Its arena show OVO performs at U.S. Bank Arena Thursday through Sunday.
A prior version of OVO was here in March 2011, a “Big Top” production using a tent as its venue. Set up at Old Coney, several performances were canceled due to the Ohio River flooding. Despite all our recent rain, that won’t happen this year in the downtown arena.
OVO, the Portuguese word for “egg,” puts audiences into a colorful ecosystem teeming with life in an imaginary Brazilian rain forest. Performers portray insects that work, eat, crawl, flutter, play, fight and look for love in a nonstop riot of energy and movement. One reviewer called the show “A Bug’s Life meets Ziggy Stardust.” When a mysterious egg appears in their midst, the insects are awestruck and curious about the iconic object that represents the cycles of their lives.
The story provides architecture for OVO’s 50 dazzling performers from a dozen countries — acrobats, gymnasts, athletes and clowns — who tell a sweet story about love, energy and movement. One of the wonders of Cirque shows is their universal appeal to both the young and old, as well as to people from many cultures. It’s a remarkable formula for success.
There’s no reason to fret that circuses are dying off. In fact, Cirque du Soleil continues to grow. I spent several days in Las Vegas in February, where I saw three of the seven Cirque shows permanently installed there: Love (using music by the Beatles), O (a mind-boggling production employing a giant onstage pool) and KÀ (more on that in a moment). After four decades, Cirque today produces 21 shows, many in revolving, touring repertoire, using 1,300 performing artists from nearly 50 different countries on six continents. They’ve entertained more than 160 million spectators.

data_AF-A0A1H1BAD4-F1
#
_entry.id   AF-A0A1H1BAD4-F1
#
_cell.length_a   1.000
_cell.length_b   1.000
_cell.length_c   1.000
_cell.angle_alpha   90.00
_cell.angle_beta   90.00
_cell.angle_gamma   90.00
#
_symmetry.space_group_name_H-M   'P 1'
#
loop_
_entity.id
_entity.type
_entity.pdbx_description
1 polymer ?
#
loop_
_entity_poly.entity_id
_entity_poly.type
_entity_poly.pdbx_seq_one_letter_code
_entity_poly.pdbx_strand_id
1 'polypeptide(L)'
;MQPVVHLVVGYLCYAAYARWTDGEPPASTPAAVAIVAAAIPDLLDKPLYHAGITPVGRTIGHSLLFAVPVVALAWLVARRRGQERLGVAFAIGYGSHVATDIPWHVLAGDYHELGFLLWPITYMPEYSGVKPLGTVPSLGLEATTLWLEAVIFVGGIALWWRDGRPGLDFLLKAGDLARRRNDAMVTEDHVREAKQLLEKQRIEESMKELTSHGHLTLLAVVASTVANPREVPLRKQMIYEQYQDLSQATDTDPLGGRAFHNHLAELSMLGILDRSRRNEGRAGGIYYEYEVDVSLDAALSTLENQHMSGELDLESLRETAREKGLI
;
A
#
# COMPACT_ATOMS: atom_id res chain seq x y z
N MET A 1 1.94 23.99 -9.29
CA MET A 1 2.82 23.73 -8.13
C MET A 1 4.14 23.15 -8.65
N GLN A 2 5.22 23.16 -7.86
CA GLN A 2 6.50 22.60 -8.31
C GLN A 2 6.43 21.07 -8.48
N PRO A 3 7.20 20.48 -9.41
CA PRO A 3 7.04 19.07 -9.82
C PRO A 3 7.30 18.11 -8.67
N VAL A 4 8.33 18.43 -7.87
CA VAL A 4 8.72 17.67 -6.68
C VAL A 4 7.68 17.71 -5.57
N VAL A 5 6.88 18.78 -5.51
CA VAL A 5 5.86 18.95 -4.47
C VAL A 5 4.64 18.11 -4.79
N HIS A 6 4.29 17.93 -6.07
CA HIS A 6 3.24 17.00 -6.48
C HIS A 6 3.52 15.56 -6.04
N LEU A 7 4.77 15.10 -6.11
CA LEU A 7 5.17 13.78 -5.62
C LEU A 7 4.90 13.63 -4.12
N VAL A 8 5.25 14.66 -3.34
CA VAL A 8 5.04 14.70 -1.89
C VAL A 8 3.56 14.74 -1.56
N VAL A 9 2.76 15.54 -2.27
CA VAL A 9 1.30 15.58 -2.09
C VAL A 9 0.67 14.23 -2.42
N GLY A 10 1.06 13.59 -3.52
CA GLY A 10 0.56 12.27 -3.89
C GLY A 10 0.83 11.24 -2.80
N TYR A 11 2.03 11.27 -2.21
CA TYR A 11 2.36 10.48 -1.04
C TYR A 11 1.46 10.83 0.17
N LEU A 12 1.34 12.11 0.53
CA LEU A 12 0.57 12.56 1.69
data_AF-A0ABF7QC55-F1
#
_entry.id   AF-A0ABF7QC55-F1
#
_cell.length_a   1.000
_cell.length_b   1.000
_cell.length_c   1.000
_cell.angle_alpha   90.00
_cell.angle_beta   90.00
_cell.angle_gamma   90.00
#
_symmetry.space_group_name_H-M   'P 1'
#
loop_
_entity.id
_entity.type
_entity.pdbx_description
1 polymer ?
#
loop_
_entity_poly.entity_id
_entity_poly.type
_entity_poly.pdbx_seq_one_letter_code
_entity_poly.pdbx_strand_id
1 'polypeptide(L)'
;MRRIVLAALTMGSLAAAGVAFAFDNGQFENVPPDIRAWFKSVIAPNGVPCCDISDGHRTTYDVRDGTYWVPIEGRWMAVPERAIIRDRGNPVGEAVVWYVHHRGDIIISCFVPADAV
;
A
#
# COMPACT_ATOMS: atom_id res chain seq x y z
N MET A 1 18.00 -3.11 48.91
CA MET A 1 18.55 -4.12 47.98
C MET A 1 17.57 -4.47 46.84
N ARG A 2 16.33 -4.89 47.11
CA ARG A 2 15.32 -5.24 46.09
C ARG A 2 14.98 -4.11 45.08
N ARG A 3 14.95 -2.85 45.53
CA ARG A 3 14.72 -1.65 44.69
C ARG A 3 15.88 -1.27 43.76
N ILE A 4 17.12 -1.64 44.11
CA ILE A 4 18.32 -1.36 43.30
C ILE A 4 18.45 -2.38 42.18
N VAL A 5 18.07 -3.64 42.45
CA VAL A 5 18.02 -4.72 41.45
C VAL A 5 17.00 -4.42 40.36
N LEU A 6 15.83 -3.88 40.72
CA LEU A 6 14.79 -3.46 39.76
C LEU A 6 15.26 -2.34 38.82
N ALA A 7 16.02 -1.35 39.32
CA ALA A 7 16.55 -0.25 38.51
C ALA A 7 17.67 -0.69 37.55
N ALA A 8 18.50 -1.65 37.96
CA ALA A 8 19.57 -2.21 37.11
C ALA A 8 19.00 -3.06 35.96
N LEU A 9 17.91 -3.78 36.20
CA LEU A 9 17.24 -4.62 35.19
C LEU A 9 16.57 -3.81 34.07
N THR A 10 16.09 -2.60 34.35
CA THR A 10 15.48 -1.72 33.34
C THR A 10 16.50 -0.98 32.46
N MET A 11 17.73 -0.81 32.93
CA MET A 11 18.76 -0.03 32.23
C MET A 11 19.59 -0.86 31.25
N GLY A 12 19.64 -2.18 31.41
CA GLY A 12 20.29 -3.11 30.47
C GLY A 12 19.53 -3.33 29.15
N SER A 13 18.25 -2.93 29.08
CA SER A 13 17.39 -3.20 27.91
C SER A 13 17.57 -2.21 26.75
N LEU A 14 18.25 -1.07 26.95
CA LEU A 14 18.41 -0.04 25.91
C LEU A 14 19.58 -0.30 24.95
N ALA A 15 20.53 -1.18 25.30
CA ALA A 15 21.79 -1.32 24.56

Among Cirque’s nearly 4,000 employees is one with strong ties to Cincinnati: Richard Oberacker. I talked to him during my trip to Vegas. He grew up here, graduating from Turpin High School and the University of Cincinnati’s College-Conservatory of Music. A musical phenomenon as a teen, he studied acting at CCM, performed in shows and played keyboards for several Broadway productions and tours. He joined Cirque in 1998 as a conductor to help create Dralion, a touring show. The first American musician hired by Cirque, he oversaw the show’s music for three years. He left for the orchestra pit of Lion King on Broadway.
Cirque lured Oberacker back for the creation of KÀ, no easy task since he loved working on the big Broadway hit. But KÀ was proposed as an incredibly spectacular production — Cirque’s first narratively driven show conceived by the Canadian playwright and director Robert Lepage.
Oberacker got in as KÀ’s musical director when it opened in 2004. “I thought if they can pull off half of (what they claimed), I would be stupid to turn this down,” he says. “This show is a massive leap forward in engineering, in imagination, in video concept and humans interacting with video.”
Thirteen years later, Oberacker continues to be engaged and stimulated by KÀ. But Cirque has also given him the flexibility to pursue his own creations as the composer of musicals staged at top regional theaters, including Ace at the Cincinnati Playhouse in 2006. His biggest theatrical break yet is happening in New York right now: Bandstand, his first musical on Broadway. A comedy-drama set after the end of World War II, it features Oberacker’s Swing-infused score.
The production, directed by another Cincinnatian, Andy Blankenbuehler (Hamilton’s Tony-winning choreographer), opened April 26 and it’s been nominated for two Tony Awards, including for the orchestrations of music that Oberacker composed. “Doing this is something I’ve been working for since I was very, very young,” he says.
Running away to join the circus might not be such a far-fetched idea.
Cirque du Soleil’s OVO runs Thursday-Sunday at U.S. Bank Arena. More info: usbankarena.com.